Yes you do. All partners are jointly liable for all the debt and obligations acquired during the partnership. Upon the death of one of the partners, his or her estate becomes personally liable for unsatisfied debts. A partner is also allowed to sue one of the partners or all of the partners together. Also, in the course of the partnership, if there is a breach of trust or any wrong done to a third party, the partners are jointly and individually liable i.e. one or more of the partners can be sued independently.
F. WHAT IF I WANT TO DISSOLVE MY PARTNERSHIP?
Notice that ‘very important’ is put in front of dissolution of partnership in section C above. It cannot be overemphasized because dissolution can be very messy so it in important that this is addressed properly when creating the terms of the agreement. Although on face value each partner has the right to withdraw from a partnership at anytime, this is not always the case especially if there is a prior agreement.
The following are ways in which a partnership may be dissolved:
- Upon an agreement of the partners
- Death or bankruptcy of one of the partners
- Any activity that makes the partnership illegal, dissolves it
- A court order, which is normally obtained on application by one of the partners on specific grounds such as insanity of one of the partners, conviction based on a criminal activity etc.
- Subject to a prior agreement of the parties, the partnership can be dissolved by a given notice or expiration of the term or purpose for which the partnership was created. If the length of the term is not specified, usually a notice of dissolution by any of the partners is sufficient.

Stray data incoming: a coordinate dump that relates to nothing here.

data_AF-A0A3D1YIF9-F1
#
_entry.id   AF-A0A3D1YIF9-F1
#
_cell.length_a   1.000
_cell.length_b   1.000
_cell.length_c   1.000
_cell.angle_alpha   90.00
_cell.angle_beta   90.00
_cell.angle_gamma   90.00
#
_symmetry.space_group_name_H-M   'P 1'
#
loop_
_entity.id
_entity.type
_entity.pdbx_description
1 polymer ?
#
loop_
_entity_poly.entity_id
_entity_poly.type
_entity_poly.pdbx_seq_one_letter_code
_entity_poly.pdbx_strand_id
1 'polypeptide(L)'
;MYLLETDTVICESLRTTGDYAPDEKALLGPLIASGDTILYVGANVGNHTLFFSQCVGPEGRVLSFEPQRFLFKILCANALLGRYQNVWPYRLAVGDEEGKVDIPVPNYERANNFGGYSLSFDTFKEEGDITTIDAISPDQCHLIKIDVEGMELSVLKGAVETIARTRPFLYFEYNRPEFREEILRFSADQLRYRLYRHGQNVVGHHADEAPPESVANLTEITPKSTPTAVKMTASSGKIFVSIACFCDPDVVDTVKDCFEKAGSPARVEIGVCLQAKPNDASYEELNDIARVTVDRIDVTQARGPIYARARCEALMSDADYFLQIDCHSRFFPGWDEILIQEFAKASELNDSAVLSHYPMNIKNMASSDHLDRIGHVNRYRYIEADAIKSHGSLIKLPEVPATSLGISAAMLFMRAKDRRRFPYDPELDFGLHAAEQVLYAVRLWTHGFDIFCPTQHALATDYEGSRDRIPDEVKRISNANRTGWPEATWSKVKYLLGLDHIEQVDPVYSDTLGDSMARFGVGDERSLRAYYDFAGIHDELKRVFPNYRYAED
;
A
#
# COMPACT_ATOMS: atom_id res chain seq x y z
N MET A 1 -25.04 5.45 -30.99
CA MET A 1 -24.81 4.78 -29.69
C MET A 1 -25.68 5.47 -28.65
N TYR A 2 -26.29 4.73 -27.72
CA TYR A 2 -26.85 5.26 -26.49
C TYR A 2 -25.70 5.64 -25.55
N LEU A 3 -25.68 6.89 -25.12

- Also, subject to the same agreement by the parties involved, dissolution occurs when there is misplaced trust and confidence.
- Finally, dissolution can occur if the business ceases to be profitable and the losses are become too much for the partners to accommodate.
G. AFTER THE DISSOLUTION…
Usually, on dissolution, the authority of the partners to conduct any activity for and on behalf of the partnership is terminated. In addition to this, the proceeds from the liquidation of the assets are used to cover any debts and obligations incurred by the partnership. However if the proceeds are not sufficient to satisfy the debts and obligations, each partner becomes personally liable for the debts of the partnership.
H. NOW LETS SUMMARIZE…
See that was not too bad! Glad you made it to the end and I’m sure you have a simpler understanding on what a partnership entails. If there is any other issues not covered here, which you need help with, please do not hesitate to contact us and we would get back to you as quick as possible. With that being said, here are a few pointers to refresh your memory:
- A partnership can only exist based on mutual agreement of all parties
- There must be an intent to make profits
- All partners have unlimited liability
- Please remember that a partnership agreement containing issues such as profit sharing, capital contribution etc., is extremely important for the smooth running of the partnership
- A partnership can be dissolved either based on an agreement between the parties, death, bankruptcy, court order, expiration, notice and lack of profits.
- After dissolution, you as a partner cannot carry out any activity for or on behalf of the partnership
- Proceeds of liquidation are to be used to offset debts and obligations. In the case of insufficient proceeds, the partners become personally liable.